January 2, 2009
I have made substantial revisions to the Yankee Stadium II diagram, which -- like Citi Field -- is still preliminary, pending completion of construction. The Yankees want everyone to think that the outfield dimensions will be the same as at the old Yankee Stadium, but unless I have been misled by some of the blueprint images I've seen, that is definitely not the case in the power alleys. Evidently, they intend to mark the outfield fence with the same distances as before, but the markers will have to placed much closer to center field, not in the true power alleys. I think it's a shame that they aren't even making allowances in the stadium design for a possible future expansion of the outfield, so that it might at least partly resemble the way Yankee Stadium used to be. One thing I learned recently is that the perimeter concourse on the south side (along 161st Street, which separates the new and old Yankee Stadiums) bulges out quite a bit. It's about 30 feet wider than the perimeter concourse along the street leading to Macombs Dam Bridge.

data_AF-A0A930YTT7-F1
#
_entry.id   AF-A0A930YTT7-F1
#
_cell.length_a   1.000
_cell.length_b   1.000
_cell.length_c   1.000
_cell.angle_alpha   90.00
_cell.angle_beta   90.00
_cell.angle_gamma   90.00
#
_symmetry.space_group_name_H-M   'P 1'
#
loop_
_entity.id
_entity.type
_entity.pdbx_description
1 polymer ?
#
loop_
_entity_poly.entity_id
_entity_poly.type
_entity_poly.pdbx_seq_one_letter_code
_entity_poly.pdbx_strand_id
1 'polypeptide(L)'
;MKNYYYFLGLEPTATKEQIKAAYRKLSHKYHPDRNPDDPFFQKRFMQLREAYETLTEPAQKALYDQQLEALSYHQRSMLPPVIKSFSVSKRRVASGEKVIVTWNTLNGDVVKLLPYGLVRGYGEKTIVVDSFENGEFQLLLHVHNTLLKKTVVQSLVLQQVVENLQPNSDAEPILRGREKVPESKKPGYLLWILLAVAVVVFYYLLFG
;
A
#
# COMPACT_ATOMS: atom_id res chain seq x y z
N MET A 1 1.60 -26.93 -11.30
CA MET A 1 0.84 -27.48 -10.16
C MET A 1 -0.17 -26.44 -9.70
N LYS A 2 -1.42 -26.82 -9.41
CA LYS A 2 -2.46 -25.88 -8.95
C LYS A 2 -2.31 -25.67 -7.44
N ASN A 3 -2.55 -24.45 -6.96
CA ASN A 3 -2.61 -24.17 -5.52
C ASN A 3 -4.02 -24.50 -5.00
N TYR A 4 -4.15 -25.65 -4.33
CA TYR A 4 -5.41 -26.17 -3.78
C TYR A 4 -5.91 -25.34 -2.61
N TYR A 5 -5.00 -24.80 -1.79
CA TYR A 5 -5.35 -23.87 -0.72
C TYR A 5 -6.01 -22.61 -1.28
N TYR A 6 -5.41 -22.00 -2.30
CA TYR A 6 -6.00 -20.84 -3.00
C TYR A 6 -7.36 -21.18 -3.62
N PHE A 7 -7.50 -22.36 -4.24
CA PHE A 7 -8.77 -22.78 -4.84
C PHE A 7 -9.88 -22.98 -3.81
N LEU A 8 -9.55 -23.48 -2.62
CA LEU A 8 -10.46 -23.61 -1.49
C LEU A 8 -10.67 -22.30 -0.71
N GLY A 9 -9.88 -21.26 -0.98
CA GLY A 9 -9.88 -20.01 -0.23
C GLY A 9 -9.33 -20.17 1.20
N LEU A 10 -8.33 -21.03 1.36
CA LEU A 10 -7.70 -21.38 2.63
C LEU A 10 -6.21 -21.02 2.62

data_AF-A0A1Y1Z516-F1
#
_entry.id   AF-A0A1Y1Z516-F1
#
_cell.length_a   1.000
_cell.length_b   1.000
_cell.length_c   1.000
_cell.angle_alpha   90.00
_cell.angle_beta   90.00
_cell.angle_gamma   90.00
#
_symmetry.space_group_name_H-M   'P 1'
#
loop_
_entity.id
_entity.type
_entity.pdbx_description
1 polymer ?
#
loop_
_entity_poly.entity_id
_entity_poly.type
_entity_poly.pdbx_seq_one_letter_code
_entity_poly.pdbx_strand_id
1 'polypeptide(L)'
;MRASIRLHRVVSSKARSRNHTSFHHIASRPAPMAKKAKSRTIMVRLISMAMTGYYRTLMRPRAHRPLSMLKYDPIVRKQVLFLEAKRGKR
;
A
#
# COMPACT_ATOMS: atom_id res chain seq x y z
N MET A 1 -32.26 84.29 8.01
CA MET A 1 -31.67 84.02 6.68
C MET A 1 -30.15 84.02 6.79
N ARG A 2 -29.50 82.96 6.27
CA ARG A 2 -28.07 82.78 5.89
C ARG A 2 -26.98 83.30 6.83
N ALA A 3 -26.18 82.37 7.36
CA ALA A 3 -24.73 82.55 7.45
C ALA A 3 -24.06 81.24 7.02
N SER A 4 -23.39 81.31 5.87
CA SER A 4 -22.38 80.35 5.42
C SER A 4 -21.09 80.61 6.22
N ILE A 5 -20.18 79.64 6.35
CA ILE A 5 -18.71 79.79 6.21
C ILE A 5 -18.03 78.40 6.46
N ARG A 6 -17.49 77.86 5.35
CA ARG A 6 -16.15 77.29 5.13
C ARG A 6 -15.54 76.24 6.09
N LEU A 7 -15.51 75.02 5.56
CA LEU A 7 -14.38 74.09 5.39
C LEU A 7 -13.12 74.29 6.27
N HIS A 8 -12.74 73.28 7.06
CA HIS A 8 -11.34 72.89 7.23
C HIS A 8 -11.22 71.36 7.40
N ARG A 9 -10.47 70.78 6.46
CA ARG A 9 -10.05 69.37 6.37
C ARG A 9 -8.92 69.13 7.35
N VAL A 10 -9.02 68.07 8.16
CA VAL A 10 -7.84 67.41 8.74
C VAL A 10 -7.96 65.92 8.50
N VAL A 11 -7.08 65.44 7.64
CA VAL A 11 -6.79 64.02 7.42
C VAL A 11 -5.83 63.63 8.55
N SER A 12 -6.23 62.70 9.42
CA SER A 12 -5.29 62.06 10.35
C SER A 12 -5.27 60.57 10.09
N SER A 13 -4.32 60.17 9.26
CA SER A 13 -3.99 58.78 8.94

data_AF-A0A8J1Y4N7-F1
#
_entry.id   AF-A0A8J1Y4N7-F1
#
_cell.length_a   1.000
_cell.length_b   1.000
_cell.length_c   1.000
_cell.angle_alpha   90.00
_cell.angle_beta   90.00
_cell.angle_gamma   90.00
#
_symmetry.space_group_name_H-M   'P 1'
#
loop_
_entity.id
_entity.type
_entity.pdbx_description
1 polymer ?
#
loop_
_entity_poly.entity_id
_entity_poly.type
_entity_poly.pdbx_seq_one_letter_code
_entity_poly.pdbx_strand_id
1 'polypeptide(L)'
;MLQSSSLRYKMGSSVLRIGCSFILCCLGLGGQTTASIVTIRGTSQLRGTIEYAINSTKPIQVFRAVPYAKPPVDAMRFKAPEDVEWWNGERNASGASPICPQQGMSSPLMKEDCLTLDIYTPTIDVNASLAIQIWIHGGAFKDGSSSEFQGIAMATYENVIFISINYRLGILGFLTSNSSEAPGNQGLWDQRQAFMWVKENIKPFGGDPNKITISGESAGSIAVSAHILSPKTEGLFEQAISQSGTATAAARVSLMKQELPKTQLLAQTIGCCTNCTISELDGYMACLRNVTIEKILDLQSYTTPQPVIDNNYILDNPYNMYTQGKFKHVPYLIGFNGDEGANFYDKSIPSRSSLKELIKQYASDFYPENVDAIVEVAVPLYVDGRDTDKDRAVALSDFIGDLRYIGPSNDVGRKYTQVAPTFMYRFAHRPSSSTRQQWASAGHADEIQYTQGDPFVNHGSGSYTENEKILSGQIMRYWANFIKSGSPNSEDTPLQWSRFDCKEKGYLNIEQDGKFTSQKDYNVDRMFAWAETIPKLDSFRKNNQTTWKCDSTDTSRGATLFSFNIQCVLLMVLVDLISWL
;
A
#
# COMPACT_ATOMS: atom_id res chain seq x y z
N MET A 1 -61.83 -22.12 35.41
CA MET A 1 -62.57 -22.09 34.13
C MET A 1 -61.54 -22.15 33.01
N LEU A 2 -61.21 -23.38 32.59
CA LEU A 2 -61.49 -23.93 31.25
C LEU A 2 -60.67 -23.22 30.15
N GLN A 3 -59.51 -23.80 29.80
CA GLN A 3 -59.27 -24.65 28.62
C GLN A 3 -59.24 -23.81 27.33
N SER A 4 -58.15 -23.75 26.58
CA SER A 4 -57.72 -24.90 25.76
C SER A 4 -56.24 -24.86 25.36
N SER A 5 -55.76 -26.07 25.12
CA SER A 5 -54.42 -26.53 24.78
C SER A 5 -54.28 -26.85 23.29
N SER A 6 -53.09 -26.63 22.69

On the north side of Chicago, the Detroit Red Wings overcame a 3-1 deficit to beat the Chicago Black Hawks by a score of 6 to 3. It was the third NHL "Winter Classic" match, and the first time hockey has been played at Wrigley Field. Over 40,000 fans braved the frigid temperatures to watch the historic event, but I doubt that very many of them were close enough to the rink to actually see the puck. I finished the hockey version diagram in the evening, and duly posted it, though not in time for the match itself. From the National Hockey League Web site, I learned that the standard dimensions of a hockey rink in the NHL are 200 feet long by 85 feet wide. I got wrapped up in the Gator Bowl between Nebraska and Clemson, so I missed the Winter Classic entirely.
I have seen one NHL game in my life, in 1983 or so, a Washington Capitals game at the old Capital Centre (later known as "USAir Arena") in Landover, Maryland. In 1997 the Caps moved into the MCI Center (now called "Verizon Center") in downtown D.C., as did the NBA Wizards, which until then had been called the "Bullets." I recall local star Rod Langway, who played for the Caps from 1982 to 1993 but disdained to use a helmet.